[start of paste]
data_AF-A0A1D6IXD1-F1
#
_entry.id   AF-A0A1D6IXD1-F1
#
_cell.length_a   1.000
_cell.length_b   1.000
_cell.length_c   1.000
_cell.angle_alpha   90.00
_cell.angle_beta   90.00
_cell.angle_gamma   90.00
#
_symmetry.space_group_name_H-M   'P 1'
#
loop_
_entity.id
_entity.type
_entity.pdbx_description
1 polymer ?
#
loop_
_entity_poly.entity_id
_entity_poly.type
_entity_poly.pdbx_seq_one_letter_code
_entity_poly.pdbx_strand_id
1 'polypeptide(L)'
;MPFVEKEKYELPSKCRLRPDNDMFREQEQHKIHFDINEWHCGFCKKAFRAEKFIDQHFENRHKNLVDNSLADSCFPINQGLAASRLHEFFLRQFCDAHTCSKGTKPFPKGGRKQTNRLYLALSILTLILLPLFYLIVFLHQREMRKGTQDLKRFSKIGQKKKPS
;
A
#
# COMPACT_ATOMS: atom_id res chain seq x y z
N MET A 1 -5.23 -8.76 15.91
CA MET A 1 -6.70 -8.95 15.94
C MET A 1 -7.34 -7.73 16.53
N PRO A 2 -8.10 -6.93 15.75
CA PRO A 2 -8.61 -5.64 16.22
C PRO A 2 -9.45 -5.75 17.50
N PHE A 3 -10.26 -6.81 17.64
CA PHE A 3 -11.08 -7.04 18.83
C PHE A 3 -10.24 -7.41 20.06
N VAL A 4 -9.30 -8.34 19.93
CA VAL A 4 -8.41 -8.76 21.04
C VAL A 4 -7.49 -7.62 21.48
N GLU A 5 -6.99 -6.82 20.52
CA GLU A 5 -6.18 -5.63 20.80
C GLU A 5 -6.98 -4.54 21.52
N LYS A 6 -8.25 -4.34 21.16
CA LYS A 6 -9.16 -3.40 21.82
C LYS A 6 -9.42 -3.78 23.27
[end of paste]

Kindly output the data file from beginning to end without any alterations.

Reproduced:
data_AF-A0A1D6IXD1-F1
#
_entry.id   AF-A0A1D6IXD1-F1
#
_cell.length_a   1.000
_cell.length_b   1.000
_cell.length_c   1.000
_cell.angle_alpha   90.00
_cell.angle_beta   90.00
_cell.angle_gamma   90.00
#
_symmetry.space_group_name_H-M   'P 1'
#
loop_
_entity.id
_entity.type
_entity.pdbx_description
1 polymer ?
#
loop_
_entity_poly.entity_id
_entity_poly.type
_entity_poly.pdbx_seq_one_letter_code
_entity_poly.pdbx_strand_id
1 'polypeptide(L)'
;MPFVEKEKYELPSKCRLRPDNDMFREQEQHKIHFDINEWHCGFCKKAFRAEKFIDQHFENRHKNLVDNSLADSCFPINQGLAASRLHEFFLRQFCDAHTCSKGTKPFPKGGRKQTNRLYLALSILTLILLPLFYLIVFLHQREMRKGTQDLKRFSKIGQKKKPS
;
A
#
# COMPACT_ATOMS: atom_id res chain seq x y z
N MET A 1 -5.23 -8.76 15.91
CA MET A 1 -6.70 -8.95 15.94
C MET A 1 -7.34 -7.73 16.53
N PRO A 2 -8.10 -6.93 15.75
CA PRO A 2 -8.61 -5.64 16.22
C PRO A 2 -9.45 -5.75 17.50
N PHE A 3 -10.26 -6.81 17.64
CA PHE A 3 -11.08 -7.04 18.83
C PHE A 3 -10.24 -7.41 20.06
N VAL A 4 -9.30 -8.34 19.93
CA VAL A 4 -8.41 -8.76 21.04
C VAL A 4 -7.49 -7.62 21.48
N GLU A 5 -6.99 -6.82 20.52
CA GLU A 5 -6.18 -5.63 20.80
C GLU A 5 -6.98 -4.54 21.52
N LYS A 6 -8.25 -4.34 21.16
CA LYS A 6 -9.16 -3.40 21.82
C LYS A 6 -9.42 -3.78 23.27